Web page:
Melpomene


Also found in: Dictionary, Encyclopedia, Wikipedia.
Related to Melpomene: clangour, Melpomene Muse
Graphic Thesaurus  🔍
Display ON
Animation ON
Legend
Synonym
Antonym
Related
  • noun

Words related to Melpomene

(Greek mythology) the Muse of tragedy

Related Words

References in periodicals archive ?
melpomene in the lab and then backcrossed some of the offspring with H.
Articles on amateur music making, Anton Rubinstein in America, George Whitefield Chadwick's Melpomene, and English-language opera in late-nineteenth-century America.
Melpomene or whoever is the proper officer on these occasions obliged me to say what I have said.
In the same study, conducted by the Melpomene Institute of Minneapolis (Minn.
Melpomene is the dramatic muse of tragedy, prompting those who turn to her for guidance to explore the woeful aspects in theater.
Kemble had to look at sixteen images of himself during the 1809 riots alone--images that made grotesque fun of his angular face with its hook-nose--Harris was targeted only once during his managerial career, in Thomas Rowlandson's Melpomene in the Dumps; or, Child's Play Defended by Theatrical Monarchs (Fig.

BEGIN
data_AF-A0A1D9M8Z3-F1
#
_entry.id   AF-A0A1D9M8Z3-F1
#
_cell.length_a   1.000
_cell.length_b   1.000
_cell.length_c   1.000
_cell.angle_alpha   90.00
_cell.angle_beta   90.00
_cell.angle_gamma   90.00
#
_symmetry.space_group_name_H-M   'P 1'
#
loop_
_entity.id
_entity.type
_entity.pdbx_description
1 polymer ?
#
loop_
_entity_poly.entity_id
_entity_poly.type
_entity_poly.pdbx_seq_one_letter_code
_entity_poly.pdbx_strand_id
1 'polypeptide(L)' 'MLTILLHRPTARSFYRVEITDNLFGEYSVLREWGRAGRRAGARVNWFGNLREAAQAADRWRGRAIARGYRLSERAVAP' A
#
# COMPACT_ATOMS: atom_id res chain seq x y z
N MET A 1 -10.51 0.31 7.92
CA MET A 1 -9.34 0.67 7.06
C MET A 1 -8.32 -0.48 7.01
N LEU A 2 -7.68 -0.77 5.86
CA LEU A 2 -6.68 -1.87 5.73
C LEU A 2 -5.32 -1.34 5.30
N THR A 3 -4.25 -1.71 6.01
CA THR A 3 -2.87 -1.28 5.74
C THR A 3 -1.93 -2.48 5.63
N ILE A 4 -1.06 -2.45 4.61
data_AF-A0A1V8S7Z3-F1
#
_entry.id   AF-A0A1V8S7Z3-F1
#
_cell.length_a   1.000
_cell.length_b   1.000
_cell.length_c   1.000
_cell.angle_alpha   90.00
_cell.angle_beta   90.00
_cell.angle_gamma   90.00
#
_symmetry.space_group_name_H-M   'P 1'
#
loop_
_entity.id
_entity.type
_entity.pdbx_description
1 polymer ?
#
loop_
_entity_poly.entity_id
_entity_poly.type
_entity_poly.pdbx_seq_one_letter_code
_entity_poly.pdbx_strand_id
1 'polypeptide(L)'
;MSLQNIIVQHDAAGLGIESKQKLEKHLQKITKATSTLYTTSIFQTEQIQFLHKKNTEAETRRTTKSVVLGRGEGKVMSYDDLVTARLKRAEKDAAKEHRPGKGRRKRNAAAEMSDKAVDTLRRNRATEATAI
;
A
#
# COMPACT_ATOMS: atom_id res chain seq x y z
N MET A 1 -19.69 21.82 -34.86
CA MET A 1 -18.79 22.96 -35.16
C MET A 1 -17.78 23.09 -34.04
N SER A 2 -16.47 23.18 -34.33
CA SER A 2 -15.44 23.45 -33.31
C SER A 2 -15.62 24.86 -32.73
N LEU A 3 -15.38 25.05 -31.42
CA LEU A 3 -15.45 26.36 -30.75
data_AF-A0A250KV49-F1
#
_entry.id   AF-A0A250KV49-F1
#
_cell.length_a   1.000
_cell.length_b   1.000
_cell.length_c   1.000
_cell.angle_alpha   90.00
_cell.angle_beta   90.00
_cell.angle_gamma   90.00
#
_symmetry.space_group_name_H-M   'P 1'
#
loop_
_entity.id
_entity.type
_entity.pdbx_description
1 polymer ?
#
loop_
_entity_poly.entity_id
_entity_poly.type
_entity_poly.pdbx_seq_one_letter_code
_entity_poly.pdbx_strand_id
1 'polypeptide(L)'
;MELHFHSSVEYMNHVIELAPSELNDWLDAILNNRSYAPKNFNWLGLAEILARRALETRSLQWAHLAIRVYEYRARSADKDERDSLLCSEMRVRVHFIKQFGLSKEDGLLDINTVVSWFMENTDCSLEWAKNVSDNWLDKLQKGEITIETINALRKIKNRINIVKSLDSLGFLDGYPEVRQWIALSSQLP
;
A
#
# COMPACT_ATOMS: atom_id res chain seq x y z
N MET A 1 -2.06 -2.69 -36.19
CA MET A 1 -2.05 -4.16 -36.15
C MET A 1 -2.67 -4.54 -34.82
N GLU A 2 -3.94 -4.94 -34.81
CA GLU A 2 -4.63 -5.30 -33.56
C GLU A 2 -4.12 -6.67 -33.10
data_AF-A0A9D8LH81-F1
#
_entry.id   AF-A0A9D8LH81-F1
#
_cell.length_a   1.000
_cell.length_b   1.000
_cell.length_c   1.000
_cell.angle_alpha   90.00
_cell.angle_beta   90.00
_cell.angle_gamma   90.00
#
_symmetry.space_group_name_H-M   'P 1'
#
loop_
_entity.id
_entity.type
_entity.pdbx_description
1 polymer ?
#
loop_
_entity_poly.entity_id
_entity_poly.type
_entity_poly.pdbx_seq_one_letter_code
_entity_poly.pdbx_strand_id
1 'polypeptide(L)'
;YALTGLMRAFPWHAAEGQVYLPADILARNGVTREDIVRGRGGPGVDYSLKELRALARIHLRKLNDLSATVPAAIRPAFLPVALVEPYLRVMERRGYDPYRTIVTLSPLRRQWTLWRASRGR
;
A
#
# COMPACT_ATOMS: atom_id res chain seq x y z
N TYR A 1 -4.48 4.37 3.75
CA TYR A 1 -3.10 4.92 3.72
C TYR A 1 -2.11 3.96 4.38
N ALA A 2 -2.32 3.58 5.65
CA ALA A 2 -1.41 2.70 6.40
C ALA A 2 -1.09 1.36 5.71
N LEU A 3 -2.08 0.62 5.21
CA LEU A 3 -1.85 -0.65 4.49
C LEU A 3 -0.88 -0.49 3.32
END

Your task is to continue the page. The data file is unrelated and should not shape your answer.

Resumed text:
It is called Melpomene and is about the first woman marathon runner of the modern Olympic Games.
This paper argues that Dracontius' aim was rather to be innovative in transferring a myth more traditionally treated in drama to another genre, as highlighted in his invocation to the muse of tragedy, Melpomene, to descend from the tragic buskins and to exchange iambics for dactylics (13-14).
Cancer survivor Ann Dimock, former CEO of Melpomene Institute, will open the conference with her own tale of survivorship.
Heliconius melpomene and Heliconius cydno don't look like each other, but each resembles one of another pair of Heliconius species.
But it behooves Melpomene, the muse of tragedy, to avoid the sordidness of bare boards and an unlit theater.
Frescoes on the wall depict Caliope dancing with Virgil, Ovid dancing with Thalia, and Melpomene attempting to persuade Seneca to join the festivities.
As discussed above, Seneca at one and the same time claims the book as his own and ascribes it directly to 'the Muse her selfe', Melpomene.
A Greek woman named Melpomene ran the marathon course anyway, the day before the men did.